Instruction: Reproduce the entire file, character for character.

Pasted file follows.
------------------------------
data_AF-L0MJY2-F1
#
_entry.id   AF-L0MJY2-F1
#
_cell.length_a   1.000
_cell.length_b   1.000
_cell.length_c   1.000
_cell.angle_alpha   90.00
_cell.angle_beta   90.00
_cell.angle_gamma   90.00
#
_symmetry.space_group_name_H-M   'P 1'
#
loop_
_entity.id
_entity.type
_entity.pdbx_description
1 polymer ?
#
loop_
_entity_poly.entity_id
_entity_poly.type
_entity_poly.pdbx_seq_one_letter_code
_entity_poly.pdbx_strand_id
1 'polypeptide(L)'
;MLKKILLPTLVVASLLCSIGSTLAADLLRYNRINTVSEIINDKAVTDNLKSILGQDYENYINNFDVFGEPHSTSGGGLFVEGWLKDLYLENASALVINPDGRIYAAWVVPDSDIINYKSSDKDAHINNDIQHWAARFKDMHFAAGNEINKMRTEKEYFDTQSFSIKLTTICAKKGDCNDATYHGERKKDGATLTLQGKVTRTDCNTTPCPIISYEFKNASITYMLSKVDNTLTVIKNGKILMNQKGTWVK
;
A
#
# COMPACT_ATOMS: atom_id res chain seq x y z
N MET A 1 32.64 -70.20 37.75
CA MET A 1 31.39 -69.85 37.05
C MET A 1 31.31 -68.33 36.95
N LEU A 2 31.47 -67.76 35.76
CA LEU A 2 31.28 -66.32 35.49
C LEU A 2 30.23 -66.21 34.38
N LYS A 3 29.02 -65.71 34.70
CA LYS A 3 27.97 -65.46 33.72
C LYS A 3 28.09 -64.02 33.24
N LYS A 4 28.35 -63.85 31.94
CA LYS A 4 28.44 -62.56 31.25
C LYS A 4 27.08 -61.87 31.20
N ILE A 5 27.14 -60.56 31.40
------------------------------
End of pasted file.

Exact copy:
data_AF-L0MJY2-F1
#
_entry.id   AF-L0MJY2-F1
#
_cell.length_a   1.000
_cell.length_b   1.000
_cell.length_c   1.000
_cell.angle_alpha   90.00
_cell.angle_beta   90.00
_cell.angle_gamma   90.00
#
_symmetry.space_group_name_H-M   'P 1'
#
loop_
_entity.id
_entity.type
_entity.pdbx_description
1 polymer ?
#
loop_
_entity_poly.entity_id
_entity_poly.type
_entity_poly.pdbx_seq_one_letter_code
_entity_poly.pdbx_strand_id
1 'polypeptide(L)'
;MLKKILLPTLVVASLLCSIGSTLAADLLRYNRINTVSEIINDKAVTDNLKSILGQDYENYINNFDVFGEPHSTSGGGLFVEGWLKDLYLENASALVINPDGRIYAAWVVPDSDIINYKSSDKDAHINNDIQHWAARFKDMHFAAGNEINKMRTEKEYFDTQSFSIKLTTICAKKGDCNDATYHGERKKDGATLTLQGKVTRTDCNTTPCPIISYEFKNASITYMLSKVDNTLTVIKNGKILMNQKGTWVK
;
A
#
# COMPACT_ATOMS: atom_id res chain seq x y z
N MET A 1 32.64 -70.20 37.75
CA MET A 1 31.39 -69.85 37.05
C MET A 1 31.31 -68.33 36.95
N LEU A 2 31.47 -67.76 35.76
CA LEU A 2 31.28 -66.32 35.49
C LEU A 2 30.23 -66.21 34.38
N LYS A 3 29.02 -65.71 34.70
CA LYS A 3 27.97 -65.46 33.72
C LYS A 3 28.09 -64.02 33.24
N LYS A 4 28.35 -63.85 31.94
CA LYS A 4 28.44 -62.56 31.25
C LYS A 4 27.08 -61.87 31.20
N ILE A 5 27.14 -60.56 31.40